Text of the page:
Circuit Breaker Basics
All modern homes have circuit breakers. Each one, connected to a different circuit, cuts the power to that circuit during an overload. In the past, fuses were used, but rather than blowing out and requiring replacement, a circuit breaker simply needs to be reset. It can be reused multiple times; if something goes wrong with it, contact our Los Angeles electrician to inspect and safely repair or replace it
How Does a Circuit Breaker Work?
An automatic switch located within your electric panel, a circuit breaker is always monitoring how much current is flowing. A short circuit, overload, or other problem may cause it to trip, avoiding possible electric shock; damage to wires, appliances, and devices; and even fires. Typically, a circuit breaker lever is controlled either by heat energy or an electromagnet.
To trip, a circuit breaker must detect the fault condition. This occurs within the breaker enclosure for low-voltage circuit breakers, while higher voltage units may sense the fault while an external system opens the circuit. Contacts within the breaker open in response to a fault. These are often made of copper or silver alloys that withstand excessive heat and electrical arcs produced when the circuit is interrupted. Depending on the breaker, different methods are used to extinguish an arc, such as air, a vacuum, oil, or insulating gas.
Types of Circuit Breakers
Circuit breakers are classified into different types of devices with unique voltage ratings, constructions, and structural elements. The most common types include:
- Low Voltage Circuit Breakers: Rated at less than 1,000 VAC, these include miniature (up to 100 A) and molded case circuit breakers (up to 2,500 A) and can be installed in a breaker panel or directly into equipment. Those in consumer products feature an actuator lever and mechanism, contacts, terminals, a bimetallic strip, calibration screw, solenoid, and arc divider/extinguisher.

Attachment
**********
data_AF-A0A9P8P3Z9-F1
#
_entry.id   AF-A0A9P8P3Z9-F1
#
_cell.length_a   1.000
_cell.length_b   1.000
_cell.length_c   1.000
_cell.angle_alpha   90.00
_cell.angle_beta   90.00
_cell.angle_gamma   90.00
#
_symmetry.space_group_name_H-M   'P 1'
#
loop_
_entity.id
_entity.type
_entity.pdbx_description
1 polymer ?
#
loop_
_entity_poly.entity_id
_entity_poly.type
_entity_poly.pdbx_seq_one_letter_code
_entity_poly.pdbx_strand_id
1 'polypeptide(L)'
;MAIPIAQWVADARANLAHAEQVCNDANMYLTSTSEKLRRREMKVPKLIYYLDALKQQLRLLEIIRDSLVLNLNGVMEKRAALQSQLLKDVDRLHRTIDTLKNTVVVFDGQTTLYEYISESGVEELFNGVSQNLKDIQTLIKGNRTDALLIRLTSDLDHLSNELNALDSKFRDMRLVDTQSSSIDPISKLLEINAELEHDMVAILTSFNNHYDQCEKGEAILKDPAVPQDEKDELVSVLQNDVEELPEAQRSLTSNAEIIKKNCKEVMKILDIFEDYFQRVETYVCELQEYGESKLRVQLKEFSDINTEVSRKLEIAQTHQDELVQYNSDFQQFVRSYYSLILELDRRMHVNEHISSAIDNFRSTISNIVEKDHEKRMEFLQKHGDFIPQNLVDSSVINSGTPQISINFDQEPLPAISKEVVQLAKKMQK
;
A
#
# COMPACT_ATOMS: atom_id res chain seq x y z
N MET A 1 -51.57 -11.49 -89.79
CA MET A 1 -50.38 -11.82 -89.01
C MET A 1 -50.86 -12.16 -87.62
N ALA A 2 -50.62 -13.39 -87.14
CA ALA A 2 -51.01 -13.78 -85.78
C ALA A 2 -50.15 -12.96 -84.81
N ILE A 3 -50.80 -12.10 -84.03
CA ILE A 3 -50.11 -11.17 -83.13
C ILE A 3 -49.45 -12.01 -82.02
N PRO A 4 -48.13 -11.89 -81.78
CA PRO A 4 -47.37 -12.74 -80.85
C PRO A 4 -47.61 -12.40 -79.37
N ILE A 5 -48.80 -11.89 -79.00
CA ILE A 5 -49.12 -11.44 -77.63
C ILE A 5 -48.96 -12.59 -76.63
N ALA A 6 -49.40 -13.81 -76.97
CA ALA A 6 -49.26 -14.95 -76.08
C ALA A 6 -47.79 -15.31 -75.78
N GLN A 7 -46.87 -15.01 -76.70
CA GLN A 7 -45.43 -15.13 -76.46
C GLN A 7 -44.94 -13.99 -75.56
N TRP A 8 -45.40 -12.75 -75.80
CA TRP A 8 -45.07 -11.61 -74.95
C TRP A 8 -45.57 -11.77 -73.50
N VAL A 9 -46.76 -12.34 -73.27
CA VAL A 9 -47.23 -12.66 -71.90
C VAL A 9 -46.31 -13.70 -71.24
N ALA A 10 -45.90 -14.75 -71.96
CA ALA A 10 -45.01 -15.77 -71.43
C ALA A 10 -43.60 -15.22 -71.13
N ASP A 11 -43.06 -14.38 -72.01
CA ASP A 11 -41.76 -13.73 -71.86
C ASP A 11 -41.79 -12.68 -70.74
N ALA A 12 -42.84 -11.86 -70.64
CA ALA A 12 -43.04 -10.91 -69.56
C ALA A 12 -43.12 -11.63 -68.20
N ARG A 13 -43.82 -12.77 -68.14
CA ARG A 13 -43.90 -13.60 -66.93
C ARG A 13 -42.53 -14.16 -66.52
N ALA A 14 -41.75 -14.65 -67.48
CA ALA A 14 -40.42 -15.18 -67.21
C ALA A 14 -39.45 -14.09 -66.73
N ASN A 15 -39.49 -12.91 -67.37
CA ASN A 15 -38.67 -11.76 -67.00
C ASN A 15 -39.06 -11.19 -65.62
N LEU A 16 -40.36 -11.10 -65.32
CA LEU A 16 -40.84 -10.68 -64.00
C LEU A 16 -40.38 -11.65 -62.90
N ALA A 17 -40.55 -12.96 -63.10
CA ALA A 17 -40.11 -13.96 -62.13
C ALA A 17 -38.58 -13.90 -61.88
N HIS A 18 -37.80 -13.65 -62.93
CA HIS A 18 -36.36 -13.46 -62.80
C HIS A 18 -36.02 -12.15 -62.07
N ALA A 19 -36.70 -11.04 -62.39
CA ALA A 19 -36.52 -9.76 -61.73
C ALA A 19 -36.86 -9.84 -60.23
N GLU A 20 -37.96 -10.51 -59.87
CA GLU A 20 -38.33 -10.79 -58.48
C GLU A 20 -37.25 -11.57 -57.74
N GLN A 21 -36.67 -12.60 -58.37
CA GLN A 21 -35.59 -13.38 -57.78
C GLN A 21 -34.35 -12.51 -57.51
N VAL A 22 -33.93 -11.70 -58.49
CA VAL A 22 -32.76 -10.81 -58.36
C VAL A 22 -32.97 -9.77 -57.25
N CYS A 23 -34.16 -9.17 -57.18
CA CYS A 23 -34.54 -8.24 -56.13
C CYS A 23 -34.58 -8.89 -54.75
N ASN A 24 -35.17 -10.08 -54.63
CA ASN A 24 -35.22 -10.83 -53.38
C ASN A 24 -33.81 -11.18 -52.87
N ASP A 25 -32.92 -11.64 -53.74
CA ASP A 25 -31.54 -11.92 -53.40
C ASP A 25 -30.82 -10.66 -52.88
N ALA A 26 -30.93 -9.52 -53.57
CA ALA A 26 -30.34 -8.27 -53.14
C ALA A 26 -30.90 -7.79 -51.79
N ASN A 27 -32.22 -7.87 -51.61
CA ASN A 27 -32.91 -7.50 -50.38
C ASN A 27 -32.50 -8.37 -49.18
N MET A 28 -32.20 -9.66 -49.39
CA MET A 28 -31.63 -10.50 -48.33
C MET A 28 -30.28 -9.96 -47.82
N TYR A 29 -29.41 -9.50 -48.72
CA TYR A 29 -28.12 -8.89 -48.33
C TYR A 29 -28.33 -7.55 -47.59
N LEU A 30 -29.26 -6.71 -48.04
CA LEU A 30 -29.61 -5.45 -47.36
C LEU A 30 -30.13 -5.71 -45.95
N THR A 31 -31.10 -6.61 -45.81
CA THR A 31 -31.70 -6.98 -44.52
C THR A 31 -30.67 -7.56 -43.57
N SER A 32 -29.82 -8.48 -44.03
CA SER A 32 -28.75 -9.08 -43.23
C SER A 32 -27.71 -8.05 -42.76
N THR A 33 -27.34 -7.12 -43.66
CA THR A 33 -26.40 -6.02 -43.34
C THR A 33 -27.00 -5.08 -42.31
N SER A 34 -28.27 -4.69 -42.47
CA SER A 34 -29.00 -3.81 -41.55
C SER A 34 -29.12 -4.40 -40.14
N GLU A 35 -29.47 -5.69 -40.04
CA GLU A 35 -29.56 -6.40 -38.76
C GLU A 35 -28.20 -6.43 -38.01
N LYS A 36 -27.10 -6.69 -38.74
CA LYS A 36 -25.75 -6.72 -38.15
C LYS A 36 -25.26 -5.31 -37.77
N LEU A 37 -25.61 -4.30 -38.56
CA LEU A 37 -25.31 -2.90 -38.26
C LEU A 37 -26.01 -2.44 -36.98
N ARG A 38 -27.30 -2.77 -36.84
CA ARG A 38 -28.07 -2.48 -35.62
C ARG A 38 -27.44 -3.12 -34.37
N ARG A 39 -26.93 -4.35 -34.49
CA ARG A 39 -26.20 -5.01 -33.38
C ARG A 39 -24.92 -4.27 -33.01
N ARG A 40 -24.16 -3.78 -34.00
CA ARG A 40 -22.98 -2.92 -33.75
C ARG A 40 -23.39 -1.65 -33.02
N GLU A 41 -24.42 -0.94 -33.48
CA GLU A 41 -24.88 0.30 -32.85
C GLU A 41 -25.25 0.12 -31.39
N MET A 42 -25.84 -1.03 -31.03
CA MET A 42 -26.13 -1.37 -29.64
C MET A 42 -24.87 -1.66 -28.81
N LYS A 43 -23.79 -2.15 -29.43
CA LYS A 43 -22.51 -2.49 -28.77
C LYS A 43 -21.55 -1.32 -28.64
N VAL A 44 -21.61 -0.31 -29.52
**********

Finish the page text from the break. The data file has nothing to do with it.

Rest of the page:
- Electromagnetic Breakers: The switch is pulled via an electromagnet, which increases its pulling force in response to higher levels of current. A latch holds the breaker contacts closed. If the latch is released, the contacts open via spring action; sometimes a viscous fluid is used to delay the action so, for example, you could start a motor or keep certain types of equipment going.
- Thermal Breakers: A bimetallic strip with two metals of different melting points is used. Under intense heat, the strip will bend, pulling down the circuit breaker switch. The circuit then opens to stop the flow of current. Most electrical distribution boards feature thermal magnetic circuit breakers with an electromagnet and bimetallic strip.
There are also medium-voltage circuit breakers, with 1-72 kV ratings, and high-voltage types rated at 72.5 kV or higher for electrical power transmission networks.
Using a Circuit Breaker
When a circuit breaker trips, usually the power will go out in certain rooms or for certain appliances or lights. Identify the circuit these are on, and the corresponding breaker in the panel. Move the switch back into the “ON” position; it should click in place and restore the power. If it doesn’t hold or trips again soon after, the circuit may be consistently overloaded, or their may be an electrical problem such as a frayed wire.
In case of a problem, call our Los Angeles electrician for help, who can provide 24/7 circuit breaker repairs, provide inspections or replace components to boost functionality and safety. Our team is available in all of Southern California, including Los Angeles, Orange County, and Riverside County; contact us by phone or request service online.